The sugar maple is a deciduous hardwood tree with pointed lobed leaves. It can be found throughout the Chesapeake watershed.
The sugar maple has leaves with five pointed lobes. The leaves are green with a paler underside and turn red, orange or yellow in the fall. It has yellow-green drooping flowers and helicopter seeds about an inch in length.
The gray bark of the tree is furrowed and becomes darker and shaggier as the tree gets older. It can grow to more than 70 feet in height with a spread of 40 to 50 feet.
Various parts of the tree are eaten by deer, squirrels and porcupines.
Reproduction and Life Cycle
Sugar maples don’t reach seed-bearing age until they are 30 to 40 years old. The trees produce yellow-green flowers sometime between April and June. The fruit is a winged nutlet, or the helicopter type—two connected winged seeds that spin through the air—and ripens between June and October. Though the seeds are produced every year, seed production peaks every two to five years.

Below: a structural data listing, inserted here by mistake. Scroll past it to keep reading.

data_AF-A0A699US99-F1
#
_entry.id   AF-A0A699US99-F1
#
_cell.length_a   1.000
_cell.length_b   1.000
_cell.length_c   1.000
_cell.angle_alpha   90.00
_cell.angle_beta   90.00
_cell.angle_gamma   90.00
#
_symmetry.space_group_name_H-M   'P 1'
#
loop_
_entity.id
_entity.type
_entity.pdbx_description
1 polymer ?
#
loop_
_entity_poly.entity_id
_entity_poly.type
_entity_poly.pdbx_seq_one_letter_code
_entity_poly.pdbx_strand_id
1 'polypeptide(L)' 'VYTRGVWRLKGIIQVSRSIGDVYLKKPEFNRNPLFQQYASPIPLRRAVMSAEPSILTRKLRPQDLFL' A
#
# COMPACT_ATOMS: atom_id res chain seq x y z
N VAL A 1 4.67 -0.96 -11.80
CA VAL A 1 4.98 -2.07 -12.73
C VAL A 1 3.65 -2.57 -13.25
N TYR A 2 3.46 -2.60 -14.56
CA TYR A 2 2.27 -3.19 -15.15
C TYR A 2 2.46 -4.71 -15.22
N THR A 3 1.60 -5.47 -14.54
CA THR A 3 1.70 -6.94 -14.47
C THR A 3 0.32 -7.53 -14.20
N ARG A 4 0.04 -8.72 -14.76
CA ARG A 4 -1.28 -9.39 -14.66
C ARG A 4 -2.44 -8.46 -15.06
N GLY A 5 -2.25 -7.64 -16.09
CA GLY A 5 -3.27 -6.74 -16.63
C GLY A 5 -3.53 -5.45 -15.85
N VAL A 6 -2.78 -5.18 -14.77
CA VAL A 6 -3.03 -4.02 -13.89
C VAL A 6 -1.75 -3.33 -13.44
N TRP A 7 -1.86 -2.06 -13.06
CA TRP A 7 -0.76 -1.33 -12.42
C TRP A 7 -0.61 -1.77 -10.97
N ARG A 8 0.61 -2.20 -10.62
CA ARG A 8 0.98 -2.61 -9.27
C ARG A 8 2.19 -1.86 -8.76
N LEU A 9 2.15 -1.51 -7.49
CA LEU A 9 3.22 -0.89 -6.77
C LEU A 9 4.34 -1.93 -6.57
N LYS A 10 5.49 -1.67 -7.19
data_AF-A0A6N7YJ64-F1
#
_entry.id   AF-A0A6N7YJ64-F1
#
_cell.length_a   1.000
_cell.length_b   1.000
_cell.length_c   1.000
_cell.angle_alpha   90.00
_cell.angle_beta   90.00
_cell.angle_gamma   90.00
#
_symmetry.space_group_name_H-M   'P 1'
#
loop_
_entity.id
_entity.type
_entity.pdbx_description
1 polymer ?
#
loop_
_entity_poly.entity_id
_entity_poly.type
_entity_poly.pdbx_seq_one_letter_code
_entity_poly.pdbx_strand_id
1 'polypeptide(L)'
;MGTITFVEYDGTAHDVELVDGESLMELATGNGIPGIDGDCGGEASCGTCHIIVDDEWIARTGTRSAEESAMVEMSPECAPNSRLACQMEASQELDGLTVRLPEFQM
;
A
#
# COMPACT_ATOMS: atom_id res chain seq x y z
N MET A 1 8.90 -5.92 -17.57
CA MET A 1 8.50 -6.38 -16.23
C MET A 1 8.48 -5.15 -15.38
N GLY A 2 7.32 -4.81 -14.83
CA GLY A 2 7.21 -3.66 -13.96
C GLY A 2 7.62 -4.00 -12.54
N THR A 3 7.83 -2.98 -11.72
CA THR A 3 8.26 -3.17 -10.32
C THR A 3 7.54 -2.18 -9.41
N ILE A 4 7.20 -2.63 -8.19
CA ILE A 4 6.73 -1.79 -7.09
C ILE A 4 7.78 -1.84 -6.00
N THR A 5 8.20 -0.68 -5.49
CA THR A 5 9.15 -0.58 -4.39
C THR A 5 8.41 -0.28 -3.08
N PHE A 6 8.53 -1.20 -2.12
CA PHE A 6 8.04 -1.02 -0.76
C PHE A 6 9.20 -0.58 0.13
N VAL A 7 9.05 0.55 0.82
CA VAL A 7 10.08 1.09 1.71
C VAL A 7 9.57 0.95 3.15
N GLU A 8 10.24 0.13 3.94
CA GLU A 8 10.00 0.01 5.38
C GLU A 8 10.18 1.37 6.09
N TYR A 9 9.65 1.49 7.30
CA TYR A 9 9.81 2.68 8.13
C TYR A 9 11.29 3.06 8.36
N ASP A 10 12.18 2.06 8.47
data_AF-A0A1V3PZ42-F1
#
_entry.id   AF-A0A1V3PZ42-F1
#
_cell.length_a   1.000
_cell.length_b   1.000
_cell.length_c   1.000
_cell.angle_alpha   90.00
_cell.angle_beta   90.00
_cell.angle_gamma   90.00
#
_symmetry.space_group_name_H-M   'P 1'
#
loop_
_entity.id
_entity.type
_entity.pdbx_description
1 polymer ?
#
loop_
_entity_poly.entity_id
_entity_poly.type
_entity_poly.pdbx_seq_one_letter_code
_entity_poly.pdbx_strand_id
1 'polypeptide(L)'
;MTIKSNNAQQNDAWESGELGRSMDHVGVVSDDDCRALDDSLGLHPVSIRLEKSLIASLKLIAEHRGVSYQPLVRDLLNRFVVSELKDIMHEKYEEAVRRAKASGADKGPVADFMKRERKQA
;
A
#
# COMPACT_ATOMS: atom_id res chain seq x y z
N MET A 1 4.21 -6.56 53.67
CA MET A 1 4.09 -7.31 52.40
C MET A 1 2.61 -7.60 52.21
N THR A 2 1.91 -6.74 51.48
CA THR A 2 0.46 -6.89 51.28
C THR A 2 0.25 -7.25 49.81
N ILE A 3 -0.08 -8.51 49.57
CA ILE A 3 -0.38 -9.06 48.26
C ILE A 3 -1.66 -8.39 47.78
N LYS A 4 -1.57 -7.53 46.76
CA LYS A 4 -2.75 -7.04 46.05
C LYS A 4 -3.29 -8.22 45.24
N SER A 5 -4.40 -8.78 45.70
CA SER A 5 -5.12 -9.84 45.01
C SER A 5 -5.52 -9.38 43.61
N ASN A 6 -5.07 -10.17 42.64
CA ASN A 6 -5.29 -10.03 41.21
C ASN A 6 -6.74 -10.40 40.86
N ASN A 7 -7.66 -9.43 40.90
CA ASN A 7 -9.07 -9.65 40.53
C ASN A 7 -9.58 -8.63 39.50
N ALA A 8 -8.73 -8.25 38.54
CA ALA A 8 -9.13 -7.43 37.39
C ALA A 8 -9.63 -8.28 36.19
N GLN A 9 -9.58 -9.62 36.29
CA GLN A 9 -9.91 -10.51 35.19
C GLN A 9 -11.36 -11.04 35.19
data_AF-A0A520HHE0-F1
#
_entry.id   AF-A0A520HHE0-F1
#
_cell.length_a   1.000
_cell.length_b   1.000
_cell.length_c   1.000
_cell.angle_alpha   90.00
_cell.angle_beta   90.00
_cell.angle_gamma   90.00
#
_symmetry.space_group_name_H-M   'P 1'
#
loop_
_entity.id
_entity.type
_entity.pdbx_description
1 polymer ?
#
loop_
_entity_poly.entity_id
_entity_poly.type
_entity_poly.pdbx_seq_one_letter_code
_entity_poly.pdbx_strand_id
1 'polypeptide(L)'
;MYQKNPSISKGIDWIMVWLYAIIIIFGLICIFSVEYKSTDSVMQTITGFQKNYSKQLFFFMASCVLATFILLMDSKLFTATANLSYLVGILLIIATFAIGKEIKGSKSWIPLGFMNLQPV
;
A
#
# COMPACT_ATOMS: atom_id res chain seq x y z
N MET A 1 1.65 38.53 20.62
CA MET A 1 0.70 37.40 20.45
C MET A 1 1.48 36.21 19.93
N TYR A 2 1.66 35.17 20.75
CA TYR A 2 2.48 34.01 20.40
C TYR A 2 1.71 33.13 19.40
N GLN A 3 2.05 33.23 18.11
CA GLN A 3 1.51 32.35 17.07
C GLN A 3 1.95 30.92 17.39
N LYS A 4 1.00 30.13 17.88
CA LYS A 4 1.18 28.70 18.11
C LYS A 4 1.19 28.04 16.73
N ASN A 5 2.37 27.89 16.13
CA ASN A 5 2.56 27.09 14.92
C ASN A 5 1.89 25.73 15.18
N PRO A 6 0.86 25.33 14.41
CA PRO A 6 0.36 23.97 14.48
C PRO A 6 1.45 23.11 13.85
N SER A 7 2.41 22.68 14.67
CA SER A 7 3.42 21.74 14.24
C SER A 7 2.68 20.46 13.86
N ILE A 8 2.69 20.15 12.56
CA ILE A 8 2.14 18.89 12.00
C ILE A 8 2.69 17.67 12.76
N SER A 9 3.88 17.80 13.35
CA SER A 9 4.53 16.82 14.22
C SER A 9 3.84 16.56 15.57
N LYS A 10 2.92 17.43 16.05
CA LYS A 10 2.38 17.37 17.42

Did You Know?
- The sugar maple is the state tree of New York and West Virginia.
- Sugar maples are the best trees for making maple syrup, as their sap contains twice as much sugar as other maple species.
- Sugar maple trees do not do well as a street tree, since it is intolerant of high heat and air pollution, but can do well in backyards.
- Even low-range predictions from the U.S. Forest Service’s Climate Change Atlas suggest habitat for sugar maples will retreat to the northern reaches of the watershed over the next 100 years as our climate changes and temperatures rise.
- Various parts of the tree are eaten by deer, squirrels and porcupines.
Sources and Additional Information
- Plant Guide: Sugar Maple – United States Department of Agriculture
- Tree Guide: Sugar Maple Tree – Arbor Day Foundation
- DePauw Nature Park Field Guide: Sugar Maple – DePauw University